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  • Killiann Brown

Show Me The Money!

I'm pretty sure the definitions of goals and resolutions are the same. But I'm too lazy to look it up right now and I like the word "goal" better. Anywhoooo.... It's a sporadic goal of mine to constantly be on top of our family budget and to be the fiercest saver out there; however, with a double income and no kids that can be hard to do sometimes. Caleb and I like to travel and live it up and buy unnecessary toys too often. That's cool, right? Well...


I usually try to look at our budget situation twice a year, once at new years and again sometime around the middle of the year when I remember. I kept meaning to sit down with Caleb right at the beginning of January, but on our days off we kept finding more fun stuff to do instead. Who wants to look at how much money is going out anyways? Last week I finally got my shit together and decided I needed to really buckle down to get our finances in order. I popped into Barnes & Noble and got this fun looking budget workbook, Common Cents.

What I found inside was lots of awesome advice for those who are budget beginners, even those who have attempted to be financially savvy and didn't quite get it the first time (me). Another thing I love about this workbook is that it's not big or daunting. It doesn't take days or weeks to get through it all, in fact, I read the whole thing in a couple hours. It's broken down into six easy chapters and gives you everything you need to start getting your money in check.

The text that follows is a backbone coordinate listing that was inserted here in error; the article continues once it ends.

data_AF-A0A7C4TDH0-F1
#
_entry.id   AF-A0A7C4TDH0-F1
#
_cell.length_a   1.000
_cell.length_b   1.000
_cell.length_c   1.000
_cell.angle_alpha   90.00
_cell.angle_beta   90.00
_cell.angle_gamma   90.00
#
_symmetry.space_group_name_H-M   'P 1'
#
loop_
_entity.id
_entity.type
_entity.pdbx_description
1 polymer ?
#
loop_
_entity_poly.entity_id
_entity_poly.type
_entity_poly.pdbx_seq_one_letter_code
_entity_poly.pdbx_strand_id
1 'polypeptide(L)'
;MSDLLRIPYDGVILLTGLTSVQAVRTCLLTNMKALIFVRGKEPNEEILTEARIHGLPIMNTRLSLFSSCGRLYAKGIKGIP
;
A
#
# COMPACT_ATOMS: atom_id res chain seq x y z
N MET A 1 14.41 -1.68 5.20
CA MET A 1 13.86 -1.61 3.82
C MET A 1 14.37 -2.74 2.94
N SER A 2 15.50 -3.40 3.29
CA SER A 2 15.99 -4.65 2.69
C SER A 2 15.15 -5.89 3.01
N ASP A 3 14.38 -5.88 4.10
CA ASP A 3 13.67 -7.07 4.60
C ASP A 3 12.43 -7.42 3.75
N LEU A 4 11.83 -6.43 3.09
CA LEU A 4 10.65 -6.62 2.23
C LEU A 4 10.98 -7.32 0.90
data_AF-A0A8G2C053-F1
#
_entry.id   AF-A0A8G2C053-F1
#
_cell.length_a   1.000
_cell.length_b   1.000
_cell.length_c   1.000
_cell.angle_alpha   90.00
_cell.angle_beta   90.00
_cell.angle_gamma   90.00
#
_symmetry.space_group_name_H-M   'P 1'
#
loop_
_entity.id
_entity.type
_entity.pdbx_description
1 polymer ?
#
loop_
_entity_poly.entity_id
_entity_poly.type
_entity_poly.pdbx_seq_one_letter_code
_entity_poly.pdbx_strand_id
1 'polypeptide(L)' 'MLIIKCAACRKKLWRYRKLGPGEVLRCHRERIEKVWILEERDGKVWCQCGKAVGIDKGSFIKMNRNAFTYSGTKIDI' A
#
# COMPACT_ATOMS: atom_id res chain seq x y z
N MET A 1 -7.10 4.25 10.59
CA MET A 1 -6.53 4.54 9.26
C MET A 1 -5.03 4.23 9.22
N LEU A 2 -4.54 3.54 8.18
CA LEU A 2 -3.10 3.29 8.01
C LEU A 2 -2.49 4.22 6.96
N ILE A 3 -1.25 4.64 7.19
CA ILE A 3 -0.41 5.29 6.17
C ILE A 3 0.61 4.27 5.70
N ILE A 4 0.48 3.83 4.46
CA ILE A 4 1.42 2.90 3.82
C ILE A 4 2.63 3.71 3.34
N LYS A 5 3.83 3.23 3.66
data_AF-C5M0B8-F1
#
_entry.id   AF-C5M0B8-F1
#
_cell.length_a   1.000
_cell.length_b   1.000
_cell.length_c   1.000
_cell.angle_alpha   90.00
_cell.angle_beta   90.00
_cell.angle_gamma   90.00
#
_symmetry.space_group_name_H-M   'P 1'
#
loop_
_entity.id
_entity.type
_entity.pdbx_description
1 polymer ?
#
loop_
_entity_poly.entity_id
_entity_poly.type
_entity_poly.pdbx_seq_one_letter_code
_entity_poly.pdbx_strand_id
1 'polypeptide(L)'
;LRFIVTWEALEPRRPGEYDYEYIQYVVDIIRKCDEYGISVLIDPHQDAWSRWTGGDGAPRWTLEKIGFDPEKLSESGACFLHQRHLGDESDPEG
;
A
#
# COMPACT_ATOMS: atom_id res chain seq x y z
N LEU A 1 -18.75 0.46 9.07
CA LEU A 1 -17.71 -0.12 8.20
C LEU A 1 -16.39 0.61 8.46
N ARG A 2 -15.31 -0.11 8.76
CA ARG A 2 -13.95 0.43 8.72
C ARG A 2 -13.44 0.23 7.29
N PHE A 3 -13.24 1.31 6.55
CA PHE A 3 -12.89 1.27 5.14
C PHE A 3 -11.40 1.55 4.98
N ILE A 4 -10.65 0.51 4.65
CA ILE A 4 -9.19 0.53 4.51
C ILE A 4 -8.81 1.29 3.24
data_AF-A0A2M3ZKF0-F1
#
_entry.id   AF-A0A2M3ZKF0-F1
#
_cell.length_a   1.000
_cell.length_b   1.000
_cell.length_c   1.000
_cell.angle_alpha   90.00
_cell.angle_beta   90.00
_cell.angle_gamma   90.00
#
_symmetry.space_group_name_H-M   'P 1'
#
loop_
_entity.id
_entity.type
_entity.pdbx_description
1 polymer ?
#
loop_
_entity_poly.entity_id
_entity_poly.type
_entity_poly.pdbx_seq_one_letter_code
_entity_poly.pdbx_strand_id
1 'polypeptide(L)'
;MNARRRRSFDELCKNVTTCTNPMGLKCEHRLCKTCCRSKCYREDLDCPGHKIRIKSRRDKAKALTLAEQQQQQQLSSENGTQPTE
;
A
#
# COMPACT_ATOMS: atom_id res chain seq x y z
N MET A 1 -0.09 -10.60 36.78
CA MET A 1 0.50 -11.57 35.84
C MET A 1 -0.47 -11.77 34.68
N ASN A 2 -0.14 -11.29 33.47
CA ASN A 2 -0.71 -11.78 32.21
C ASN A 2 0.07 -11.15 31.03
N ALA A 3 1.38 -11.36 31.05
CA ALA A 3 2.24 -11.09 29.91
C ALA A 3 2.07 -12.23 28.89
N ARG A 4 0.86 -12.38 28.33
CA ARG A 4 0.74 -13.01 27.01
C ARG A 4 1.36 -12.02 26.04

One of the first things to do is a Financial Self-Assessment. This can be a little scary because it forces you to look at things like your credit score, how much money you actually have in savings, and the scariest part....*ominous haunted house sounds* how much debt you owe. When I added up all of our credit card balances and the loan for our new roof, I just about died.

I was ready to join the witness protection program and just start a new life somewhere else.

But alas, it can never be that easy.


Here's where the 'Get out of debt' plan comes in. With my jobs annual profit sharing coming up and (hopefully) a federal tax refund coming, it makes the debt pill a little easier to swallow. And the nice thing about this workbook is that it gives you different ways to tackle the debt monster; you just choose which one works best for you. I'm also taking advantage of the monthly budget sheets that are included along with spaces to put your goals. My goals for February are to save money on food by packing lunch, use profit sharing to pay down credit card debt, and to cut down on bills by cutting out things we don't need (I'm looking at you 'Chiller' subscription).

Now that I have an updated snapshot of our expenses, I'm ready to tackle debt and eliminate frivolous shopping habits (yikes...). Stay tuned for how this workbook helps me throughout the year. Are you going to join me?


How do you guys stay on track every month? Do you have one income or two? Let me know what works for you in the comment section below!


Blessed Be!

Cheers XO

Killiann

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